Albany -- A Georgia congressman says the South Georgia peanut industry must come together or the scheduled 2007 Farm Bill could be hard on growers.
Third District Congressman Jim Marshall, a member of the Agriculture Committee, told the Georgia Peanut Producers Association that agriculture needs to have a unified voice, or all farmers could lose when the 2007 Farm Bill is written. Marshall said "There is no doubt that there will be those who don't want to see a continuation of the Farm Bill. We are just going to all have to be together in Ag. We can't have a lot of fighting amongst ourselves."
Marshall said the 2007 Farm Bill could face budget cuts in Washington D.C., because of deficits, and a Congress dominated by representatives from cities and urban areas.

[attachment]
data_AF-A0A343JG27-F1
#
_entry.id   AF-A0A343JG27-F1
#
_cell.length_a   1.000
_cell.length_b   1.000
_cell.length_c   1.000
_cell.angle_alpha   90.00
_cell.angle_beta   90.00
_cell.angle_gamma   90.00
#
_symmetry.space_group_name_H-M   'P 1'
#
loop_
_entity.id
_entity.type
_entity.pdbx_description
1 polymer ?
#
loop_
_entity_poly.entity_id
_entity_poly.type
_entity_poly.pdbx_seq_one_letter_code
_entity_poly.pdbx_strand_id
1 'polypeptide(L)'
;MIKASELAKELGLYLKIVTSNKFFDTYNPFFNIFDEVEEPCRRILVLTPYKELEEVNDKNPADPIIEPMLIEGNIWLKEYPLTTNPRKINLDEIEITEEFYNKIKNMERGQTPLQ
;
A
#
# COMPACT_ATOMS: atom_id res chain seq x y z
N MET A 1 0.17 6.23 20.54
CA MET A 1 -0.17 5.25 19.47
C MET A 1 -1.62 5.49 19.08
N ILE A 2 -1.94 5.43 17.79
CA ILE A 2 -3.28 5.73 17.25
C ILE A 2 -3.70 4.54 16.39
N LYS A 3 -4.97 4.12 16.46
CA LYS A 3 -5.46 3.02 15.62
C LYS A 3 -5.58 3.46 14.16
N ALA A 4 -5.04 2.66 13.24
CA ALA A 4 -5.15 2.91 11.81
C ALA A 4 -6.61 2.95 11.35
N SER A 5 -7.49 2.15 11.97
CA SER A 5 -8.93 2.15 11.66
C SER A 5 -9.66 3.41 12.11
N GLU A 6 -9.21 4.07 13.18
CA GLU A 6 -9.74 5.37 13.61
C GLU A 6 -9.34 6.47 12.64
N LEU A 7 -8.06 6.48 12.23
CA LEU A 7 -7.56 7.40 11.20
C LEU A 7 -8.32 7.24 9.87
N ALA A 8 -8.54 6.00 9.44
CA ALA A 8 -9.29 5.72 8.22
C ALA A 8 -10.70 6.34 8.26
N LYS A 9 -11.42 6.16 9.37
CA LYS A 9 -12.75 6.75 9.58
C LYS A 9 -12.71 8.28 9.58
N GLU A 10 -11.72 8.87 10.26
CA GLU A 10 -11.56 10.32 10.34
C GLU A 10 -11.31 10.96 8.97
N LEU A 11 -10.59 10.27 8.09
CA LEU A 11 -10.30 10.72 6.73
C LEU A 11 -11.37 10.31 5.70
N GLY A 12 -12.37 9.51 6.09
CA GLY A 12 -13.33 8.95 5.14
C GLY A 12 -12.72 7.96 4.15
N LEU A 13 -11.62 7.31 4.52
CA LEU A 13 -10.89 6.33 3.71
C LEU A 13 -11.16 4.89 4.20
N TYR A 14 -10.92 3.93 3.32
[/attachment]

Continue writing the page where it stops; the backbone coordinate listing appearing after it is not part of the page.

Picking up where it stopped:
Peanut Farmers like Terry Pickle of Colquitt say a huge surplus of peanuts from last year is still in storage, and that will make it hard to get the price guarantee they need in the 2007 Bill. Pickle said "We are in a pretty good economic crunch. But we've still got to be looking to what's down the road. And this is a pretty big hurdle we've got to overcome. "
Pickle said that peanut farmers he knows plan to plant another large crop this spring, because the price support for peanuts is still better than corn or cotton can guarantee.
But Congressman Marshall says the worst thing that could happen is peanut growers , producers and shellers not work together. Marshall said "You come to Washington these days and you have divided voices, that just gives Washington an excuse to do nothing. Which is what Washington would prefer to do under these circumstances."
The Georgia peanuts Producers Association is raising money to lobby for the 2007 Farm Bill, saying that the state's number one industry could be greatly impacted by cuts in the program.